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Recently, astronomers discovered that two supermassive black are currently spiraling towards collision. The closer they get to colliding, the closer they move towards merging into one extremely supermassive blackhole.


Based on the theory of relativity, upon colliding, the event will create ripples in space through gravitational waves. This pair of black holes can be found 89 million light-years away in the constellation of Aquarius. Currently, they are merely 1,600 light-years apart. Dr. Karina Voggel, who works at the Strasbourg Observatory in France says, “It is the first time we find two supermassive black holes that are this close to each other, less than half the separation of the previous record holder,”

“The small separation and velocity of the two black holes indicate that they will merge into one monster black hole, probably within the next 250 million years,” added her co-author Holger Baumgardt, who is a professor at the University of Queensland, Australia.

Of the two black holes, the larger of the two has a mass 154 million times of the Sun. Its location is in the core of NGC 7727, which is the name of its galaxy.

The researchers who have been observing it believe that it is at 99% of the way to a violent collision, which will likely rock the fabric of space-time, according to Live Science.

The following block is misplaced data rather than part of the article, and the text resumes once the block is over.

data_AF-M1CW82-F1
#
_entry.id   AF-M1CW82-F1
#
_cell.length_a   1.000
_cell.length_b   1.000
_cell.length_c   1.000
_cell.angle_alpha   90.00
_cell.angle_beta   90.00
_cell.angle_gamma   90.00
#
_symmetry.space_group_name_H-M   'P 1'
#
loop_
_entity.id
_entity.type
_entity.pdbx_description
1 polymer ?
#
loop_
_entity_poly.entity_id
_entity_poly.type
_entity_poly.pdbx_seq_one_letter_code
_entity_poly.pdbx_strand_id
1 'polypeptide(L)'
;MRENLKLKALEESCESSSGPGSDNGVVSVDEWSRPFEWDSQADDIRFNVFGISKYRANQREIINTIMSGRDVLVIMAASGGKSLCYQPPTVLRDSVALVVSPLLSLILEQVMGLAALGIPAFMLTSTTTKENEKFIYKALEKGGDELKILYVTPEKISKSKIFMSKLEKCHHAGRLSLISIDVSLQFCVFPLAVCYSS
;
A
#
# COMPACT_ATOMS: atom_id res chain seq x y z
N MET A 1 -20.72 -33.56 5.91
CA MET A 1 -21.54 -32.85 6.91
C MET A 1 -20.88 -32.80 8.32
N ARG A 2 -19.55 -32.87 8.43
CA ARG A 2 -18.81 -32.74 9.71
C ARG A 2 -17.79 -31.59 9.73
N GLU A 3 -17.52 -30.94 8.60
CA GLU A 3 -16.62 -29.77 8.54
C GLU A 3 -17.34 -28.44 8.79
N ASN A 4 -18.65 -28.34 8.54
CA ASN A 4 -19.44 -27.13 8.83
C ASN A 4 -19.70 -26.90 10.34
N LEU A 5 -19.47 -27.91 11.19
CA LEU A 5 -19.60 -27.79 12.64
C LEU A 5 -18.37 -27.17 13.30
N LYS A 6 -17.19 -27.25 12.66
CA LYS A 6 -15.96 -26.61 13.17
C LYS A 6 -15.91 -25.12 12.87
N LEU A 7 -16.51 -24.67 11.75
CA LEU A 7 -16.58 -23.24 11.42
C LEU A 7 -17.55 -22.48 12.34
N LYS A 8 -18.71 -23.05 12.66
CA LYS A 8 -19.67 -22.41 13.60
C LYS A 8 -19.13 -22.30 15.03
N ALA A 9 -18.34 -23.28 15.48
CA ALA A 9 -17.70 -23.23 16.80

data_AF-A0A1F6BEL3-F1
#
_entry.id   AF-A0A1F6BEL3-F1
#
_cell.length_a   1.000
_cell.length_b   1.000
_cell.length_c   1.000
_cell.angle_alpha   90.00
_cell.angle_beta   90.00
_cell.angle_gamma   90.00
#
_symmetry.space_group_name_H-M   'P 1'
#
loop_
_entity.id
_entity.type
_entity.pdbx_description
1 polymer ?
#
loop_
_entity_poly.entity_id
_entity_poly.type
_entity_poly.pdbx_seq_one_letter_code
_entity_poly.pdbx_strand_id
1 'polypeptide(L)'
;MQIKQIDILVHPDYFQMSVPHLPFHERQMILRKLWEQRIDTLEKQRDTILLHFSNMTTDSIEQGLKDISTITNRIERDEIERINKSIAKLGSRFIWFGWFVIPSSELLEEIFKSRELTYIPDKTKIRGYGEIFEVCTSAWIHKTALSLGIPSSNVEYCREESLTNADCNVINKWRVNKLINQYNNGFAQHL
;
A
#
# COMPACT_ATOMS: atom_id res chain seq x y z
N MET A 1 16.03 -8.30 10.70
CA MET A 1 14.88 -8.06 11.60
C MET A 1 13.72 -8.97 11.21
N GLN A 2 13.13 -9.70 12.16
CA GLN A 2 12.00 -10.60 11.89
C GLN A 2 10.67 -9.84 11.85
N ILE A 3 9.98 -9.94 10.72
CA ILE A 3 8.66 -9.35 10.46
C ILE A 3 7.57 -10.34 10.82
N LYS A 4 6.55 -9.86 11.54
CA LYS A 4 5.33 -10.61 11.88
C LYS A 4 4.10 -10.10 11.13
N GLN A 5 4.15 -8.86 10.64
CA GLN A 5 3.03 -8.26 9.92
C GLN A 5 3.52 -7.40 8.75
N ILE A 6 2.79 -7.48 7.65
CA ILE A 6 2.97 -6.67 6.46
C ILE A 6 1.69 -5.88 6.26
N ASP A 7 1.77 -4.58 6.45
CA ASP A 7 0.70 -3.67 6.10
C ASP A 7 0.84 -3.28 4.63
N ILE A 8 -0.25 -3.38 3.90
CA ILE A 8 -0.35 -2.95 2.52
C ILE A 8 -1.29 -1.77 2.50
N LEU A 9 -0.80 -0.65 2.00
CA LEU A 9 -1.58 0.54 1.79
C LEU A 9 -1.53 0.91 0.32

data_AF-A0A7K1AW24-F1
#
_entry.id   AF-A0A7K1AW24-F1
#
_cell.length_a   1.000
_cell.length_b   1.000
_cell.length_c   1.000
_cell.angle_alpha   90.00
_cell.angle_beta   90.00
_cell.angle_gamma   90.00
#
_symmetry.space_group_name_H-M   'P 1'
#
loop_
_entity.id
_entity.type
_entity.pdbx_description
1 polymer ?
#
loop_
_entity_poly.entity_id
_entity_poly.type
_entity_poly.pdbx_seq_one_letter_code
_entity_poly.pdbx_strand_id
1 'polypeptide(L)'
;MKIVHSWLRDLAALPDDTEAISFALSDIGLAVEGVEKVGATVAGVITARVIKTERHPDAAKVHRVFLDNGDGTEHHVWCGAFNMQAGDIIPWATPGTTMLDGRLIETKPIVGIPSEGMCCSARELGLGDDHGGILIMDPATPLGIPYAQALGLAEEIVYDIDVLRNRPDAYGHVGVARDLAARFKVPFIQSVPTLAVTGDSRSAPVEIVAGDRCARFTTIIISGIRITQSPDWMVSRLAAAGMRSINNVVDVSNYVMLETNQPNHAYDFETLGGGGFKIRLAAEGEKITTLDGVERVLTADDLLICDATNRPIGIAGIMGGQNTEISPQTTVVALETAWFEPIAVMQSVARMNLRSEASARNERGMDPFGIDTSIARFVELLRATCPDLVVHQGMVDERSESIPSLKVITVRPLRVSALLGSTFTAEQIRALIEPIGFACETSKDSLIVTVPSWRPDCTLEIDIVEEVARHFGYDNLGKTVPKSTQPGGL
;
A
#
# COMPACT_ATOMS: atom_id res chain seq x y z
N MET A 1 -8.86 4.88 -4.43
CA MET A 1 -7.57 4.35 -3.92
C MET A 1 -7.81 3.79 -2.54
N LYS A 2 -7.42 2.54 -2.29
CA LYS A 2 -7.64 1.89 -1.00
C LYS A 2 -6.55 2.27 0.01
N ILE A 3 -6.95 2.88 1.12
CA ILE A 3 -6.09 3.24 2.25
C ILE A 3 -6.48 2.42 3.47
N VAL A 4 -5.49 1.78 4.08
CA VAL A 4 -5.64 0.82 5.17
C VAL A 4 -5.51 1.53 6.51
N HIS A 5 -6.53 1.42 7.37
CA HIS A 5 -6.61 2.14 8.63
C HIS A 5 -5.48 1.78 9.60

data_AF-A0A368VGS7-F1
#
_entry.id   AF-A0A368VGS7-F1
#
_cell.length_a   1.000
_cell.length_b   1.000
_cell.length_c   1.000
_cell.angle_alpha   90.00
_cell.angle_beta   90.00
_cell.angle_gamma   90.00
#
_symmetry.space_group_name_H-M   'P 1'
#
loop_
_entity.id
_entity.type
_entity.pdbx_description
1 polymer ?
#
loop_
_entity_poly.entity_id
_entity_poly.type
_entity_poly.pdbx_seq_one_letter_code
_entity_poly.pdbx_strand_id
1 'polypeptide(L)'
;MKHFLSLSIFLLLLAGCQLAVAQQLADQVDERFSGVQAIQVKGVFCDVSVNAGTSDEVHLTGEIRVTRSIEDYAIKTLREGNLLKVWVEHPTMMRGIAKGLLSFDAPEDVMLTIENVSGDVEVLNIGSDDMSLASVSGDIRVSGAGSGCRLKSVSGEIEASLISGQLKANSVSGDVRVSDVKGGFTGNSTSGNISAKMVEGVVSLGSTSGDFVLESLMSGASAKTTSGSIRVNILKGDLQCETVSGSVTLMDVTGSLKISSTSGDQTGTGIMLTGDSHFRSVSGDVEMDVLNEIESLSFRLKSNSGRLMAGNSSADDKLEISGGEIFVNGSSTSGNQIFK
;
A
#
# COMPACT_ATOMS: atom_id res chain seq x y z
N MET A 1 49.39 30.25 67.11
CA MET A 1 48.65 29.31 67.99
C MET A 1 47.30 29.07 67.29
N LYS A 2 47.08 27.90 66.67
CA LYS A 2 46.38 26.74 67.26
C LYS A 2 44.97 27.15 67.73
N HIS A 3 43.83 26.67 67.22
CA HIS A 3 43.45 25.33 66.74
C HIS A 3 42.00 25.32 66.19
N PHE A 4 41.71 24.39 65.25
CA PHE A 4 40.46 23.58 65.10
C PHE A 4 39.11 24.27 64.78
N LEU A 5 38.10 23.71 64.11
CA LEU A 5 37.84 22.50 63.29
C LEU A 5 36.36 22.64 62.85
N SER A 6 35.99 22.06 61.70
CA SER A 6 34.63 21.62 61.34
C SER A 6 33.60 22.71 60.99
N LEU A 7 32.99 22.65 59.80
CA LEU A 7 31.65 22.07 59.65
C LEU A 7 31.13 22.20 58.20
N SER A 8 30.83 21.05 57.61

The blackholes share the name PKS 2131-021 and have been steadily moving closer and closer for a long time. In a statement from NASA, they explain that they share a binary orbit, which results in them orbiting one another every two years.

While we won’t live to see the collision, which will take place in 10,000 years, it will most definitely be intense. The research behind this discovery has been published in the Astrophysical Journal Letters.

Due to the orbital motion of the pair, there is a powerful jet coming from one of the two, which has affected the quasar’s radio-light brightness. This has been recorded on five different occasions, from five different observatories.

“When we realized that the peaks and troughs of the light curve detected from recent times matched the peaks and troughs observed between 1975 and 1983, we knew something very special was going on,” explained Sandra O’Neill, a lead author for the study.

Black holes are some of the most mysterious objects in the known universe because they are parts of space where matter has collapsed on itself. Due to the gravitational pull of this, nothing is able to escape, not even light.

“Our finding implies that there might be many more of these relics of galaxy mergers out there, and they may contain many hidden massive black holes that still wait to be found. It could increase the total number of supermassive black holes known in the local Universe by 30 percent,” explains Voggel.